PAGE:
Friday, February 22, 2013

Books on my TBR (To Be Read) pile

After a long winter of reading for a literary award contest, I'm back to reading for pleasure and research.  Reading critically on a regular basis can feel like work some times, and the stack I had to get through this year was deep, but I was exposed to some writers and really good books that wouldn't have read otherwise. Once the awards are announced, I may talk a little bit more about some of the books, and the experience.

Since I wasn't really reading much for pleasure or research, my pile has begun to overflow, and I'm happy to get to it. There are worse things than a pile of overflowing books.

Some of the books on my TBR (to be read) pile are:

Matt Helm: Death of a Citizen by Donald Hamilton.  This is the first Matt Helm book, and I'm assured that it doesn't resemble the Dean Martin movies.  Cool cover, and the paperback (an awesome gift) is a first edition.  I can't wait to tear into it.  I love this genre, and the era it represents.  Donald Hamilton also wrote Westerns, and those are on my list, but I have to confess that I haven't read any of them--yet.

Two for Texas by James Lee Burke. Who knew JLB wrote Westerns?  This was published before his much-rejected, but much-celebrated The Lost Get Back Boogie. I've already peeked into the first few pages, and the language is as rich as one would expect.  I'm anxious to read this one and only Western from Burke.  One could argue that Burke continues to write Westerns, but that's a discussion for another day.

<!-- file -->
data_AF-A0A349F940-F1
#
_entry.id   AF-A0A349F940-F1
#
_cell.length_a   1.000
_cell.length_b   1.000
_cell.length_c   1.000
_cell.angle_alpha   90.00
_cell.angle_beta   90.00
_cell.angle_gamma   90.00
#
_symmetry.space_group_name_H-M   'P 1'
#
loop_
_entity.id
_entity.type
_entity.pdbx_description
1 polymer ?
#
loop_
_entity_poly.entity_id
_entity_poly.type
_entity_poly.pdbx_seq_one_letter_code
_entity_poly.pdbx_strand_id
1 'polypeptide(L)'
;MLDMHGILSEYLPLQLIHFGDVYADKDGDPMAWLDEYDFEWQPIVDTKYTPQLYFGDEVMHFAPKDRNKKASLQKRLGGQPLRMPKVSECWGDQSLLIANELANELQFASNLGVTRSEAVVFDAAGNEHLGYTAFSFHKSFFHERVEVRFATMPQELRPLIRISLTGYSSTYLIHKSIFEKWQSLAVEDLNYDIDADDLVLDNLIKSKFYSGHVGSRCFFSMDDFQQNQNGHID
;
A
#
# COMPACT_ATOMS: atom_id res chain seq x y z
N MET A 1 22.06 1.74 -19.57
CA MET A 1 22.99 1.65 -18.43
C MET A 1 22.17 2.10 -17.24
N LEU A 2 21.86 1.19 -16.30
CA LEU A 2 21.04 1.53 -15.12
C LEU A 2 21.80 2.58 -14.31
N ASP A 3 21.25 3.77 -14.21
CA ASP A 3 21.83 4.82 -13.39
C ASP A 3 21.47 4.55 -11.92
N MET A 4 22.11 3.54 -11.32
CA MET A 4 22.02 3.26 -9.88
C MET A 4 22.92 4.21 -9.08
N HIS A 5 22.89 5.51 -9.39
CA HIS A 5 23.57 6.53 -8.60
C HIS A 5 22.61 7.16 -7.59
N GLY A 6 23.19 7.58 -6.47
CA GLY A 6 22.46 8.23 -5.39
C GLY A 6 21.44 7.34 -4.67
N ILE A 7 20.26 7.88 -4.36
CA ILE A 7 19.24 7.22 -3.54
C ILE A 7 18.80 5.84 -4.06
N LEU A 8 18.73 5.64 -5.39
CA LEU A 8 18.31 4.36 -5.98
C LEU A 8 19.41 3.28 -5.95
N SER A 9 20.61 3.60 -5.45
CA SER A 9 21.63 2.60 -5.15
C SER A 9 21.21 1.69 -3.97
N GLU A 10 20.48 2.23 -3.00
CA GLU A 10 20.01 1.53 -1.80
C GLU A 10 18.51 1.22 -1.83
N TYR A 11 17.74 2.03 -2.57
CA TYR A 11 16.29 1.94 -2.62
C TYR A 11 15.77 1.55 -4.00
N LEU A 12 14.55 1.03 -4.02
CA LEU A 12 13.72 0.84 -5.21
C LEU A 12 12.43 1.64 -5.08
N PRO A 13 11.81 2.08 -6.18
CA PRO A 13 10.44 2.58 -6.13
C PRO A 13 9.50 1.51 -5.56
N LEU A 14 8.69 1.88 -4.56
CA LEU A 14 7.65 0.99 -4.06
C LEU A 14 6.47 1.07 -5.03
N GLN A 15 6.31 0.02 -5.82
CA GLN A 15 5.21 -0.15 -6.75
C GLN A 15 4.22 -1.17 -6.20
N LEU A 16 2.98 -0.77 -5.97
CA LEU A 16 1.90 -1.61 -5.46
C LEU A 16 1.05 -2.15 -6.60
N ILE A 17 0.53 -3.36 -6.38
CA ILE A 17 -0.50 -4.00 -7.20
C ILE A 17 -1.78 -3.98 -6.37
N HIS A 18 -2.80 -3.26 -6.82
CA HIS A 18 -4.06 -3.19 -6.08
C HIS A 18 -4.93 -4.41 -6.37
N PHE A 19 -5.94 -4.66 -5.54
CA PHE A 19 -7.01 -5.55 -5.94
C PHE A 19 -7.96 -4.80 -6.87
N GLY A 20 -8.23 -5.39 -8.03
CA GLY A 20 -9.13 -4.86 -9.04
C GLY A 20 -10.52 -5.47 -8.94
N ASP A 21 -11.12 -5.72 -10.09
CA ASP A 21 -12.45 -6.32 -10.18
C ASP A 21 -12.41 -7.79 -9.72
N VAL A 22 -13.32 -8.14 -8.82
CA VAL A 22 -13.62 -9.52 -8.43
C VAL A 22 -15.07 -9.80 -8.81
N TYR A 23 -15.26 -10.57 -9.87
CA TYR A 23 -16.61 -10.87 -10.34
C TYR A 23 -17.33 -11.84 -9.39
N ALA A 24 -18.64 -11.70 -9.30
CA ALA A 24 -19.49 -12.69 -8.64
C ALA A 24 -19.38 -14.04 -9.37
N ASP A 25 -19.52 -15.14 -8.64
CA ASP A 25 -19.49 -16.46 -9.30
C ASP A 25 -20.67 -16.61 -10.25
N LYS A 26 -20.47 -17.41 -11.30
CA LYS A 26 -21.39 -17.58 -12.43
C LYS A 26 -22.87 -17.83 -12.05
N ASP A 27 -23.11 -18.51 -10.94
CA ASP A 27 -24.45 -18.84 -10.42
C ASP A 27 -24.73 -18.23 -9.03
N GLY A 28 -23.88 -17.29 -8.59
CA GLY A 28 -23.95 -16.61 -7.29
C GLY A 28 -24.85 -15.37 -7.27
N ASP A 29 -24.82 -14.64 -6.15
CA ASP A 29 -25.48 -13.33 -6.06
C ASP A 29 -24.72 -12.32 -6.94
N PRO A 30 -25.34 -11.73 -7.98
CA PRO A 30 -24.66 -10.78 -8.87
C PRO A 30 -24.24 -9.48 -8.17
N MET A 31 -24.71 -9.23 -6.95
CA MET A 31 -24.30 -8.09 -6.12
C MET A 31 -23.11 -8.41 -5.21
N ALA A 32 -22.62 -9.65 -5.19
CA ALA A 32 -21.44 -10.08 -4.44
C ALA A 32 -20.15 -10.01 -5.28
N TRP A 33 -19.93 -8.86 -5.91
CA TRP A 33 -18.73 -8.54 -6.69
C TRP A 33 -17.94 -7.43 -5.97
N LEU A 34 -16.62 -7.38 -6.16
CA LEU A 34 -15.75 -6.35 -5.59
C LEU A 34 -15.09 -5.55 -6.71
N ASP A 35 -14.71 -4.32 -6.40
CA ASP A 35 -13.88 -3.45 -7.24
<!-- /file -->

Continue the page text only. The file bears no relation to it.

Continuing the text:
Also in the Western pile, I have Jubal Sackett by Louis L'Amour waiting to be read.  Why should anyone be surprised that a L'Amour novel is on TBR pile?  Why not continue to read the masters of the genre?  The most popular and prolific?  I know times were different when L'Amour was at the top of the Best Seller lists, but I'm convinced that good stories never die.  Neither do genres. 

A Place in Time by Wendell Berry follows.  This is a collection of short fiction of the "Port William Membership."  The stories span in time, starting with the Civil War.  As much pleasure as research, both are intertwined for me as is evident in my next choice, The Widow of the South by Robert Hicks.

My reading habits and TBR piles are always in a state of constant change.  I may get to these books soon, or something else might come along to take their place.  I'm not one of those writers who says, "I can't read when I'm writing a novel."  When would I read?  I'm always writing something.

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